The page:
Round the World Families published by the London Missionary Society, c.1945. The game has 48 cards with 12 sets of four cards representing places around the world where the Society’s missionaries have carried out missions among the local population. Each of the families of four has a picture of local people and how they were being helped and a picture of one of the missionaries from past or present who had been connected to the place illustrated. The game is played like ‘Happy Families’. See the Rules►
The Society was founded in 1795 and became involved around the world prioritising education, especially for girls, school and church building and installation of printing presses to be able to print the bible on site. As an example look at Erode (India), the no 1 card illustrates the famous so called “Brough Church”, built in 1927-1936 by Rev Anthony Watson Brough and named after him. He was a prolific builder who built 94 schools and 20 churches for the mission.
Member since January 30, 2009
Rex's main interest was in card games, because, he said, they were cheap and easy to get hold of in his early days of collecting. He is well known for his extensive knowledge of Pepys games and his book is on the bookshelves of many.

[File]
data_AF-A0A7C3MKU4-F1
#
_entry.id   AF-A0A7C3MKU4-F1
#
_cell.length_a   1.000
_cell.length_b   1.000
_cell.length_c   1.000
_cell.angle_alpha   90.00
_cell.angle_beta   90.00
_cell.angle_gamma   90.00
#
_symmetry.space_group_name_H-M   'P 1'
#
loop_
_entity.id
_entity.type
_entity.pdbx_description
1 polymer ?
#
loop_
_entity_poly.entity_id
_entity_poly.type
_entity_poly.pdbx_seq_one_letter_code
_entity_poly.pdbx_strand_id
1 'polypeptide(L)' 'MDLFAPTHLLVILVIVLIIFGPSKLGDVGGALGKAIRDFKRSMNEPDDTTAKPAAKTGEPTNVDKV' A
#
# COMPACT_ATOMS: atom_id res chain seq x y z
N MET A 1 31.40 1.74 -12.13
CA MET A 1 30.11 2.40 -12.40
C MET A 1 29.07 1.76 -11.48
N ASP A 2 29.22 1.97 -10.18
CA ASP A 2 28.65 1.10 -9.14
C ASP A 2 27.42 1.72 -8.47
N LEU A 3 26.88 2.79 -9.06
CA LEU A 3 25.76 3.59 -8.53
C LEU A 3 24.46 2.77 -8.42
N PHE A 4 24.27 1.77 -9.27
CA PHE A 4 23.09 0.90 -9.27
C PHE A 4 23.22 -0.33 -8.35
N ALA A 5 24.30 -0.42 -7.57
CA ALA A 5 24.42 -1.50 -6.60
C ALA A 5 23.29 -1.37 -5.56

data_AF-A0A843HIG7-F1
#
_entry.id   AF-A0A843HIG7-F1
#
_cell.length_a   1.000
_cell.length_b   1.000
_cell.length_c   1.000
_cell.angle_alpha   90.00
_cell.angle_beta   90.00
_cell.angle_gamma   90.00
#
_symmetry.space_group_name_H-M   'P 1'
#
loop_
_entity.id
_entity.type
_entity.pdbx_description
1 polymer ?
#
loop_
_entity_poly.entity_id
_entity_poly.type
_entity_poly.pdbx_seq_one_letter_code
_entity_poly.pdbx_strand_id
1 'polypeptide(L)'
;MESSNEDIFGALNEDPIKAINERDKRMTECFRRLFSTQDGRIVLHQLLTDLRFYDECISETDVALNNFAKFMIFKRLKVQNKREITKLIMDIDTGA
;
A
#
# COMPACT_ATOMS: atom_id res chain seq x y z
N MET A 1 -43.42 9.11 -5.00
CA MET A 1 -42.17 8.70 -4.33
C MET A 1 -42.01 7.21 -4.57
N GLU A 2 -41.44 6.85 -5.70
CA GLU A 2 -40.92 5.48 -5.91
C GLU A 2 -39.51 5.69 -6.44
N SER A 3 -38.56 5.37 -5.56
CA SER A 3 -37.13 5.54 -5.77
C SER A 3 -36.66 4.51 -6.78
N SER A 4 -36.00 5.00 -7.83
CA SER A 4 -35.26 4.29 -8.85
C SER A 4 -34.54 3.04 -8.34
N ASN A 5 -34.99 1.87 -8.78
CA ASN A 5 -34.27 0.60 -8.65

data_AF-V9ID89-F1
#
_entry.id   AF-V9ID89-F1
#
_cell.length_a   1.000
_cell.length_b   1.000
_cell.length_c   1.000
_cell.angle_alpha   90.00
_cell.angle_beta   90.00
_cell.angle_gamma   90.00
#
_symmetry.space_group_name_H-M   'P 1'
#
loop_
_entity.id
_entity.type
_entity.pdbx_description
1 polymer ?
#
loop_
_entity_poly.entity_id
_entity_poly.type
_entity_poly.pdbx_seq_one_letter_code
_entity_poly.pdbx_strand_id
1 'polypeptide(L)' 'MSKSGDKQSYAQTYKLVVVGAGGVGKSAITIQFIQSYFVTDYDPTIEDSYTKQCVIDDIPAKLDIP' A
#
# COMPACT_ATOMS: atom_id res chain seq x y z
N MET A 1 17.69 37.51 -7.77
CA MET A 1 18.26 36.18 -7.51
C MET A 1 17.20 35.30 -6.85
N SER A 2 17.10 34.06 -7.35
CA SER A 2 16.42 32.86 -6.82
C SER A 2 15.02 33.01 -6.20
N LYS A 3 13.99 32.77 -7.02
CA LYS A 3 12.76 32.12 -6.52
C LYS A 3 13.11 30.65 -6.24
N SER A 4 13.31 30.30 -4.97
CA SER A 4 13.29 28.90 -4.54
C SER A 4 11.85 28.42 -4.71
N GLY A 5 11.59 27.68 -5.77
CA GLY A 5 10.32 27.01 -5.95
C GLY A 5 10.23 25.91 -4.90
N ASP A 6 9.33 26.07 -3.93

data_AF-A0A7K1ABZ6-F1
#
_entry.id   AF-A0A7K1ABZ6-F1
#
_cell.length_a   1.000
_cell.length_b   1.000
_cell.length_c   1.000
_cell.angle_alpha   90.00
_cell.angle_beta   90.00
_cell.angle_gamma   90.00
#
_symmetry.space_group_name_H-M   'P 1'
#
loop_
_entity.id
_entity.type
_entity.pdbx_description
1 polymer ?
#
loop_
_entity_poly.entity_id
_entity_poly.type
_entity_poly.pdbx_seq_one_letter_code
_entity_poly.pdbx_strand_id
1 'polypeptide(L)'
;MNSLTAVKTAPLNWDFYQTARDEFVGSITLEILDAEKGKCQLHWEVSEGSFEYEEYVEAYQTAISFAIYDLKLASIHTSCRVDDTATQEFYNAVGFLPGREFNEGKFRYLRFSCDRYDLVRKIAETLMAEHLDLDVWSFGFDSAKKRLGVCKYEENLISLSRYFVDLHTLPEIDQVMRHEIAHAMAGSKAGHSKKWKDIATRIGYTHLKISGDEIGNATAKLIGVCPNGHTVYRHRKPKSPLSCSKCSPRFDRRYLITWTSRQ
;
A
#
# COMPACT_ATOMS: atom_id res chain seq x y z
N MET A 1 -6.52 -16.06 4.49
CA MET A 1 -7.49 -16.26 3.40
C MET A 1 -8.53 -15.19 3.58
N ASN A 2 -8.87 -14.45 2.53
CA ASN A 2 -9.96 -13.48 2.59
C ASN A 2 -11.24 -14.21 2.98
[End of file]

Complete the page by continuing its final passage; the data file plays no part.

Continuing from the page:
His other interest was non-standard playing cards. He also had collections of sheet music, music CDs, models of London buses, London Transport timetables and maps and other objects that intrigued him.
Rex had a chequered career at school. He was expelled twice, on one occasion for smoking! Despite this he trained as a radio engineer and worked for the BBC in the World Service.
Later he moved into sales and worked for a firm that made all kinds of packaging, a job he enjoyed until his retirement. He became an expert on boxes and would always investigate those that held his cards. He could always recognize a box made for Pepys, which were the same as those of Alf Cooke’s Universal Playing Card Company, who printed the card games. This interest changed into an ability to make and mend boxes, which he did with great dexterity. He loved this kind of handicraft work.
His dexterity of hand and eye soon led to his making card games of his own design. He spent hours and hours carefully cutting them out and colouring them by hand.
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